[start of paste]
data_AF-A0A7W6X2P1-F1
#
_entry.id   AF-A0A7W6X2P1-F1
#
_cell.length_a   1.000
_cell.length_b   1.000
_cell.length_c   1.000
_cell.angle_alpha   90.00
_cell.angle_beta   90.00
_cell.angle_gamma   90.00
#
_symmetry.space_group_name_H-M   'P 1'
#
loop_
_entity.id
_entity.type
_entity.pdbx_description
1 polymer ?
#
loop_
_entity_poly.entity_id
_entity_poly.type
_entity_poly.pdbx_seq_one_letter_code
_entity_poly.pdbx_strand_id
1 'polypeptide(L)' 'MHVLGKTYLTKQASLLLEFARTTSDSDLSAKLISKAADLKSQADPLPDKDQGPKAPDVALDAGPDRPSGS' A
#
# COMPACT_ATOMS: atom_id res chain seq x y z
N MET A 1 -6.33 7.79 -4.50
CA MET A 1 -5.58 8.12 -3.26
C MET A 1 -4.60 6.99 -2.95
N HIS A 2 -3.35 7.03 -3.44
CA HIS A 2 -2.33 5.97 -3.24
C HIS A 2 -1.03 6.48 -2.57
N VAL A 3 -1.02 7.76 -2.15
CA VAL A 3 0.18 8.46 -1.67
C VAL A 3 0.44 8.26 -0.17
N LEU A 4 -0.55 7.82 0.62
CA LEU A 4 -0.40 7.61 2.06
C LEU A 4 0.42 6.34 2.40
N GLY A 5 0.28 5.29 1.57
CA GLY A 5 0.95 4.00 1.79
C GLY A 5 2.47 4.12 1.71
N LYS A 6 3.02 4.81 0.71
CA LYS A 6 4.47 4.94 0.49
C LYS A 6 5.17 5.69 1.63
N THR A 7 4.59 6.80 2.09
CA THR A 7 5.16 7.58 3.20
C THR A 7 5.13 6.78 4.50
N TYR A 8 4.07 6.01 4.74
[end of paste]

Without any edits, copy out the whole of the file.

data_AF-A0A7W6X2P1-F1
#
_entry.id   AF-A0A7W6X2P1-F1
#
_cell.length_a   1.000
_cell.length_b   1.000
_cell.length_c   1.000
_cell.angle_alpha   90.00
_cell.angle_beta   90.00
_cell.angle_gamma   90.00
#
_symmetry.space_group_name_H-M   'P 1'
#
loop_
_entity.id
_entity.type
_entity.pdbx_description
1 polymer ?
#
loop_
_entity_poly.entity_id
_entity_poly.type
_entity_poly.pdbx_seq_one_letter_code
_entity_poly.pdbx_strand_id
1 'polypeptide(L)' 'MHVLGKTYLTKQASLLLEFARTTSDSDLSAKLISKAADLKSQADPLPDKDQGPKAPDVALDAGPDRPSGS' A
#
# COMPACT_ATOMS: atom_id res chain seq x y z
N MET A 1 -6.33 7.79 -4.50
CA MET A 1 -5.58 8.12 -3.26
C MET A 1 -4.60 6.99 -2.95
N HIS A 2 -3.35 7.03 -3.44
CA HIS A 2 -2.33 5.97 -3.24
C HIS A 2 -1.03 6.48 -2.57
N VAL A 3 -1.02 7.76 -2.15
CA VAL A 3 0.18 8.46 -1.67
C VAL A 3 0.44 8.26 -0.17
N LEU A 4 -0.55 7.82 0.62
CA LEU A 4 -0.40 7.61 2.06
C LEU A 4 0.42 6.34 2.40
N GLY A 5 0.28 5.29 1.57
CA GLY A 5 0.95 4.00 1.79
C GLY A 5 2.47 4.12 1.71
N LYS A 6 3.02 4.81 0.71
CA LYS A 6 4.47 4.94 0.49
C LYS A 6 5.17 5.69 1.63
N THR A 7 4.59 6.80 2.09
CA THR A 7 5.16 7.58 3.20
C THR A 7 5.13 6.78 4.50
N TYR A 8 4.07 6.01 4.74